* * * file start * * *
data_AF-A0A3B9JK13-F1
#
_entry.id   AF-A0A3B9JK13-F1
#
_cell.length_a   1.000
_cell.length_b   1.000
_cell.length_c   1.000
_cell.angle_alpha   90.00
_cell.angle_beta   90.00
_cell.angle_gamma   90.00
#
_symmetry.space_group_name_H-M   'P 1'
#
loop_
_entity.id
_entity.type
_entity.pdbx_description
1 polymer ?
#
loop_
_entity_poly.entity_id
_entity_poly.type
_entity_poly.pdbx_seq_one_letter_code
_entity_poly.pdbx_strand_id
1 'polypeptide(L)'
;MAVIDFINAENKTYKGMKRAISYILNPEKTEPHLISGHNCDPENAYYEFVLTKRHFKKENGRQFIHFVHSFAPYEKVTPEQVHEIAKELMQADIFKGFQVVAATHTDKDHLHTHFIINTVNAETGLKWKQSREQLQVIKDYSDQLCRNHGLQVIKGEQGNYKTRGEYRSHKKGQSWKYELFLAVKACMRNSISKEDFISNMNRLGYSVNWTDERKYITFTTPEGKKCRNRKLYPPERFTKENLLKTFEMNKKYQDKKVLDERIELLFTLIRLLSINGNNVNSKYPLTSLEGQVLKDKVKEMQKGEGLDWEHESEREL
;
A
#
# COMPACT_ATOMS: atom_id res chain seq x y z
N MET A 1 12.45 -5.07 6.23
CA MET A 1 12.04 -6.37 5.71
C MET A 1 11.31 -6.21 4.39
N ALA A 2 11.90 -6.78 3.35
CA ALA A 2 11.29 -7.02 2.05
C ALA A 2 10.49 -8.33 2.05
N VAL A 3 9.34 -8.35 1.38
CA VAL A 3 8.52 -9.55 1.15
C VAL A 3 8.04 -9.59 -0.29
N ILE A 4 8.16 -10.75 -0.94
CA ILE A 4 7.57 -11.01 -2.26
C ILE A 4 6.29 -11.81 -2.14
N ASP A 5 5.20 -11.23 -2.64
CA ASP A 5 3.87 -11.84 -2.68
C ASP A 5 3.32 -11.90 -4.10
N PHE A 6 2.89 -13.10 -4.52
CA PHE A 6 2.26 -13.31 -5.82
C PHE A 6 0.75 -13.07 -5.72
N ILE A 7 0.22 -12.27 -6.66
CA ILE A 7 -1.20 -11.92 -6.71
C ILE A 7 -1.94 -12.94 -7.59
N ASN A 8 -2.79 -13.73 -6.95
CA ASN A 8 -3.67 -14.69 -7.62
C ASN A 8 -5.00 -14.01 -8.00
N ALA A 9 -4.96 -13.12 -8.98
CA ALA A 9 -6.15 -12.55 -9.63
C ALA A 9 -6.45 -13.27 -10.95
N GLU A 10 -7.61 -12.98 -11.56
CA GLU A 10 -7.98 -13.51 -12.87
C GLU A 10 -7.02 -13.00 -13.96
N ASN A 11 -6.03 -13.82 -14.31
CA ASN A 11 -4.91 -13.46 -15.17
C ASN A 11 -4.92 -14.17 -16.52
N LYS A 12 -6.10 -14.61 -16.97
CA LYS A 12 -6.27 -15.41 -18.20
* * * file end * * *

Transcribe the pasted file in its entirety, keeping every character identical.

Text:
data_AF-A0A3B9JK13-F1
#
_entry.id   AF-A0A3B9JK13-F1
#
_cell.length_a   1.000
_cell.length_b   1.000
_cell.length_c   1.000
_cell.angle_alpha   90.00
_cell.angle_beta   90.00
_cell.angle_gamma   90.00
#
_symmetry.space_group_name_H-M   'P 1'
#
loop_
_entity.id
_entity.type
_entity.pdbx_description
1 polymer ?
#
loop_
_entity_poly.entity_id
_entity_poly.type
_entity_poly.pdbx_seq_one_letter_code
_entity_poly.pdbx_strand_id
1 'polypeptide(L)'
;MAVIDFINAENKTYKGMKRAISYILNPEKTEPHLISGHNCDPENAYYEFVLTKRHFKKENGRQFIHFVHSFAPYEKVTPEQVHEIAKELMQADIFKGFQVVAATHTDKDHLHTHFIINTVNAETGLKWKQSREQLQVIKDYSDQLCRNHGLQVIKGEQGNYKTRGEYRSHKKGQSWKYELFLAVKACMRNSISKEDFISNMNRLGYSVNWTDERKYITFTTPEGKKCRNRKLYPPERFTKENLLKTFEMNKKYQDKKVLDERIELLFTLIRLLSINGNNVNSKYPLTSLEGQVLKDKVKEMQKGEGLDWEHESEREL
;
A
#
# COMPACT_ATOMS: atom_id res chain seq x y z
N MET A 1 12.45 -5.07 6.23
CA MET A 1 12.04 -6.37 5.71
C MET A 1 11.31 -6.21 4.39
N ALA A 2 11.90 -6.78 3.35
CA ALA A 2 11.29 -7.02 2.05
C ALA A 2 10.49 -8.33 2.05
N VAL A 3 9.34 -8.35 1.38
CA VAL A 3 8.52 -9.55 1.15
C VAL A 3 8.04 -9.59 -0.29
N ILE A 4 8.16 -10.75 -0.94
CA ILE A 4 7.57 -11.01 -2.26
C ILE A 4 6.29 -11.81 -2.14
N ASP A 5 5.20 -11.23 -2.64
CA ASP A 5 3.87 -11.84 -2.68
C ASP A 5 3.32 -11.90 -4.10
N PHE A 6 2.89 -13.10 -4.52
CA PHE A 6 2.26 -13.31 -5.82
C PHE A 6 0.75 -13.07 -5.72
N ILE A 7 0.22 -12.27 -6.66
CA ILE A 7 -1.20 -11.92 -6.71
C ILE A 7 -1.94 -12.94 -7.59
N ASN A 8 -2.79 -13.73 -6.95
CA ASN A 8 -3.67 -14.69 -7.62
C ASN A 8 -5.00 -14.01 -8.00
N ALA A 9 -4.96 -13.12 -8.98
CA ALA A 9 -6.15 -12.55 -9.63
C ALA A 9 -6.45 -13.27 -10.95
N GLU A 10 -7.61 -12.98 -11.56
CA GLU A 10 -7.98 -13.51 -12.87
C GLU A 10 -7.02 -13.00 -13.96
N ASN A 11 -6.03 -13.82 -14.31
CA ASN A 11 -4.91 -13.46 -15.17
C ASN A 11 -4.92 -14.17 -16.52
N LYS A 12 -6.10 -14.61 -16.97
CA LYS A 12 -6.27 -15.41 -18.20